BURLINGTON, Vt. (AP) – Vermont’s congressional delegation wants to add 48,161 acres of wilderness land to the Green Mountain National Forest, more than twice the amount the U.S. Forest Service has proposed.

The three lawmakers on Thursday proposed the Vermont Wilderness Act of 2006. It includes a new wilderness area of 12,437 acres on mountains in Hancock and Goshen near the Breadloaf wilderness area south of Middlebury.

The area would be named after Joseph Battell of Middlebury, who donated thousands of acres of land for public use in the 1990s and requested that it not be logged.

The U.S. Forest Service recently suggested adding 27,473 acres of preserved wilderness.

Vermont’s congressional delegation said its bill “closely resembled” the Forest Service plan.

The wilderness designation would prohibit motorized vehicles and commercial logging in the protected areas.

“Our legislation is a compromise between those who would prefer significant additions in wilderness areas and those who would prefer none,” Sen. Patrick Leahy, D-Vt., said.

Leahy, Sen. Jim Jeffords, I-Vt., and Rep. Bernie Sanders, I-Vt., said some Vermonters would oppose the proposal.

“Many Vermonters disagree with the need for any wilderness designations, much less additional lands to be set aside at this time,” Jeffords said. “I understand their concerns, but I also recognize the intent of the Wilderness Act of 1964, and I believe deeply in the benefits of managing some areas so that the forces of nature hold sway.”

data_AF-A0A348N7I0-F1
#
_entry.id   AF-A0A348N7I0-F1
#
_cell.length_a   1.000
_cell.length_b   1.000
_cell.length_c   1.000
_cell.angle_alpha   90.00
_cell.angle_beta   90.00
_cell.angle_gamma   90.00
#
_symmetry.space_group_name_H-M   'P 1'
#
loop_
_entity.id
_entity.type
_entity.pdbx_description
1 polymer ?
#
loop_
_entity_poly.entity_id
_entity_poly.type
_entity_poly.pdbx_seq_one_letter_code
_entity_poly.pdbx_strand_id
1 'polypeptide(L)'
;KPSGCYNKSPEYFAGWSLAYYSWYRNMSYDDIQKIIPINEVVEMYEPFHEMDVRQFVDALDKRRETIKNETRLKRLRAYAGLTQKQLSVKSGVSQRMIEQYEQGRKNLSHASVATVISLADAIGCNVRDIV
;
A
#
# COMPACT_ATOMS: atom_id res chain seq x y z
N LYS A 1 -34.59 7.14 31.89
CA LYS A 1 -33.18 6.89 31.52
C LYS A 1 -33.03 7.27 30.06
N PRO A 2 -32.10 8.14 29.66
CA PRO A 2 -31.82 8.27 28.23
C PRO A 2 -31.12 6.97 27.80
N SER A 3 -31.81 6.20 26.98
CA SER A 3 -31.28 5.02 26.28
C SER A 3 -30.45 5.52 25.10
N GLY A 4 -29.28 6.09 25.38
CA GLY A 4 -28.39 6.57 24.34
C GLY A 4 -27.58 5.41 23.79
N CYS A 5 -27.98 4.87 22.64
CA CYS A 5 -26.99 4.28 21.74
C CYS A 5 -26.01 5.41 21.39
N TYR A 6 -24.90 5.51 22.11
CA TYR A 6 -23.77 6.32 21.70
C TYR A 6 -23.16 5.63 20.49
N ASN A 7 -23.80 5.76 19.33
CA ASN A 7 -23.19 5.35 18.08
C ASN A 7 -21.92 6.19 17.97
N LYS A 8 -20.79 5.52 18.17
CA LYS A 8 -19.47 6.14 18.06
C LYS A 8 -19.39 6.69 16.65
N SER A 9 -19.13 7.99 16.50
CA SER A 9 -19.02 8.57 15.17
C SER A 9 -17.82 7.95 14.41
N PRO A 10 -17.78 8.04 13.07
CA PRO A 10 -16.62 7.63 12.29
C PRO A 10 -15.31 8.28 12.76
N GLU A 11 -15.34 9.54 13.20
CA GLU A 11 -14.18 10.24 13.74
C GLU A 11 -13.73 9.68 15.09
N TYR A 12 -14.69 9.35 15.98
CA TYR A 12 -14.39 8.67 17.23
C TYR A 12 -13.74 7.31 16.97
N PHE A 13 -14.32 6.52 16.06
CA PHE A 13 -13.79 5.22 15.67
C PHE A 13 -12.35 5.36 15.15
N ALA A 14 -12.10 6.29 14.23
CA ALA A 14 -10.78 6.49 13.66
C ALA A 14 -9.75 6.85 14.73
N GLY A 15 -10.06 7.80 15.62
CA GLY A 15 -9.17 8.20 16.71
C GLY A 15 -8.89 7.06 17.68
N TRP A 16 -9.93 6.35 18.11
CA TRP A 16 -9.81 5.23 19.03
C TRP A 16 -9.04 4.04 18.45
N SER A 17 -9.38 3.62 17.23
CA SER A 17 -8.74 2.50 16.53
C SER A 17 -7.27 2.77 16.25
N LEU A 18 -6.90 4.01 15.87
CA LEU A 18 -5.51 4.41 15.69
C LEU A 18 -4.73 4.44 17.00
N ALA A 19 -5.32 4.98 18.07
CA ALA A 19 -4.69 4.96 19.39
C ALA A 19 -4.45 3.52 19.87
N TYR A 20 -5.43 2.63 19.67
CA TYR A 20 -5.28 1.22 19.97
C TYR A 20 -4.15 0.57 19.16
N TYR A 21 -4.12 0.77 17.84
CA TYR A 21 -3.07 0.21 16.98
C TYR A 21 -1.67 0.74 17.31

The measure will be decided by a largely Republican Congress, which generally has not supported protecting federal lands as wilderness.

Norm Arseneault, a forester and chairman of the Granville select board, is against the proposal.

“The Forest Service found no social need for more wilderness, no economic need, no biodiversity need and no research need,” he said. “So, of course, they recommended another 27,000 acres and now the delegation has made it worse.”

Supporters of wilderness praised the proposed protection of 12,000 acres in the Romance Mountain-Monastery Mountain area in Goshen and Hancock.

The bill “is absolutely the right thing to do,” said Jim Northup of Richmond, head of Forest Watch. “Lasting protection of those rugged mountains would fulfill Battell’s last wishes and would provide a fitting final chapter to his wildlands legacy.”

Land in the town of Glastenbury in the southern part of the state also would be designated wilderness. The bill would protect more than 20,000 acres in that area, or 5,000 acres more than the Forest Service had suggested.

The Green Mountain National Forest totals more than 400,000 acres. Already, 59,000 acres are designated wilderness.